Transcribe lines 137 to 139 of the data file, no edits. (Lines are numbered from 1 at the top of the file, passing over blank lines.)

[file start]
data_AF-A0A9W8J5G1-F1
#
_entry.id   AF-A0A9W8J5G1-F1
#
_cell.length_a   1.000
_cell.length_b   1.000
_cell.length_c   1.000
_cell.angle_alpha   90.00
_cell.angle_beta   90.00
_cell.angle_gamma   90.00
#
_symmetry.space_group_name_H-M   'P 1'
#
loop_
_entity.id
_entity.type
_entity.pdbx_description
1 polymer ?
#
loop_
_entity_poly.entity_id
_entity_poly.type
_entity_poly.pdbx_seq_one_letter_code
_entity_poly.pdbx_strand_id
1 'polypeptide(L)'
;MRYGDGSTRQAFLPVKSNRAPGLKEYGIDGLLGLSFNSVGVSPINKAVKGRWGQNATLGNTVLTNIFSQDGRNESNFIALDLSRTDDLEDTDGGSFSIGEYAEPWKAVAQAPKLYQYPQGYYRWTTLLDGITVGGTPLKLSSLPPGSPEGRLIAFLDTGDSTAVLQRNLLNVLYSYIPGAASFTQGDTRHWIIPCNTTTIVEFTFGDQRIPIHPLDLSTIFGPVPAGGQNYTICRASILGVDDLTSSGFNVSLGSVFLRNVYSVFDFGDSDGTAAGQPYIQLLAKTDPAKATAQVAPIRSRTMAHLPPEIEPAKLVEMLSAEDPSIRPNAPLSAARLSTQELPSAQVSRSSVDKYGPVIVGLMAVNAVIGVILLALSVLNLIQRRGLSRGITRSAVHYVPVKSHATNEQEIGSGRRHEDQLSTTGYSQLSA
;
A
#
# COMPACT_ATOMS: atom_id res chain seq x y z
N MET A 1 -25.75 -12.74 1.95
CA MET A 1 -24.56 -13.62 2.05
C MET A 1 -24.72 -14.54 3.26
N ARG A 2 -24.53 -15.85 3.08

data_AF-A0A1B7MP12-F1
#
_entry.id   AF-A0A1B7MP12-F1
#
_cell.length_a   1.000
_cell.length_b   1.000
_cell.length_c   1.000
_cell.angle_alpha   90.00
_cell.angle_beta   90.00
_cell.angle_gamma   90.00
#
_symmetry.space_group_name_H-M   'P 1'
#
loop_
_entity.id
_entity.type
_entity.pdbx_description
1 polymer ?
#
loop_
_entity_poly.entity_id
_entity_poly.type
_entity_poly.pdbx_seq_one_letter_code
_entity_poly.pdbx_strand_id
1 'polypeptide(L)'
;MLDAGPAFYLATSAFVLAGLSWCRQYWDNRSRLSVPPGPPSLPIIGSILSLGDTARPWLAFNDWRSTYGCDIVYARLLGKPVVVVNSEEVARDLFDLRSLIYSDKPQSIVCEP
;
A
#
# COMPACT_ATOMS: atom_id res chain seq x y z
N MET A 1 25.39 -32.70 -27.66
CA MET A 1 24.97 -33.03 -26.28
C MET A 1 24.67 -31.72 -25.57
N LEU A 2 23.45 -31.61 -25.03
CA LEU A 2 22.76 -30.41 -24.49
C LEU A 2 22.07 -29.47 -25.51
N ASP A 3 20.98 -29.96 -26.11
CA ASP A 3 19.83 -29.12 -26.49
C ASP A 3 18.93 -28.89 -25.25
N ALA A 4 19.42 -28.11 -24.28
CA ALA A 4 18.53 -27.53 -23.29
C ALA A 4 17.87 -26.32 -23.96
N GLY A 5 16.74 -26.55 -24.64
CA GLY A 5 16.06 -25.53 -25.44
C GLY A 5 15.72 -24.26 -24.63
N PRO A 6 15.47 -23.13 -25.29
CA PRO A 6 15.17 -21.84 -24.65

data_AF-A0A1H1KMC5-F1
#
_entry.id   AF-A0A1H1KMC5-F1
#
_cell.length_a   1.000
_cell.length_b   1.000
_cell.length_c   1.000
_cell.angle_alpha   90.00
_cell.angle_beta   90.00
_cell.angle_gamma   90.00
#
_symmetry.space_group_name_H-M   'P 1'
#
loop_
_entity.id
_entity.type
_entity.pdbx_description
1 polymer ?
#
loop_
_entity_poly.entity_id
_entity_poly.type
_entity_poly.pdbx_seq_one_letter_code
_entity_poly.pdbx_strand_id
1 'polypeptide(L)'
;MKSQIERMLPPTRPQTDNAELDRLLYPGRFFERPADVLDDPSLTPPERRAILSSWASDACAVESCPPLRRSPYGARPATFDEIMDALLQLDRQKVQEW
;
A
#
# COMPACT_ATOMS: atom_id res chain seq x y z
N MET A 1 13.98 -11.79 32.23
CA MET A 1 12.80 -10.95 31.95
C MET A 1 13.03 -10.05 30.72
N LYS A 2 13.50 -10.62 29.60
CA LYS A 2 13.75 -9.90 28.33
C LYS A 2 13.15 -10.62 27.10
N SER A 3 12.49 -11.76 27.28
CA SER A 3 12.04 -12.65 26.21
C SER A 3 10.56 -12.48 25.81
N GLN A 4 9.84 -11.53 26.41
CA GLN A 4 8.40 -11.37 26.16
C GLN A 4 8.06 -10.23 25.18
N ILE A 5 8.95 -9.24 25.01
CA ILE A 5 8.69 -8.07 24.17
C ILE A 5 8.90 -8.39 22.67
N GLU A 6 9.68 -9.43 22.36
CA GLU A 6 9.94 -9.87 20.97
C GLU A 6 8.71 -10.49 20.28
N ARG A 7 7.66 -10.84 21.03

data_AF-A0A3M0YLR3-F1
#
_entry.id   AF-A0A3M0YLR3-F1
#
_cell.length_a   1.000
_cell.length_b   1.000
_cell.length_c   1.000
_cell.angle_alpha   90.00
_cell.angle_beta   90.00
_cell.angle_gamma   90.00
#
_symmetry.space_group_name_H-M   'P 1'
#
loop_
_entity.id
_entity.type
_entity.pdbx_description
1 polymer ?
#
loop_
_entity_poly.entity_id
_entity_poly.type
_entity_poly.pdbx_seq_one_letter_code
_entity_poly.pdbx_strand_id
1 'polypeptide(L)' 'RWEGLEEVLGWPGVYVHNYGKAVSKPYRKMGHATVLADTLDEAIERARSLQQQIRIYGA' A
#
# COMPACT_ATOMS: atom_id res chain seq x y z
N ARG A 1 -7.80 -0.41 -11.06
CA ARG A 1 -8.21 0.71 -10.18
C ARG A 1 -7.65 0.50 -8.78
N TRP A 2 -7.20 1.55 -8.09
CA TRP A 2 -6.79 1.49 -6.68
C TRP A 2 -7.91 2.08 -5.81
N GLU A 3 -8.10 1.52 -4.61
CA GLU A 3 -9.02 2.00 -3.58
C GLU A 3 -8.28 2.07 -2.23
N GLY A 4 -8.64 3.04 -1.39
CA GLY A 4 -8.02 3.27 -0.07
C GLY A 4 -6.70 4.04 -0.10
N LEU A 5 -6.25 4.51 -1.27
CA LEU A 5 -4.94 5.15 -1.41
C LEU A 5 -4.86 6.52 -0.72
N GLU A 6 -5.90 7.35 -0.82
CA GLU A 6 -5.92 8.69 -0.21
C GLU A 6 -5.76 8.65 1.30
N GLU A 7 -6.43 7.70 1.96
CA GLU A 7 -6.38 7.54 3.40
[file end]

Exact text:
_cell.length_c   1.000
_cell.angle_alpha   90.00
_cell.angle_beta   90.00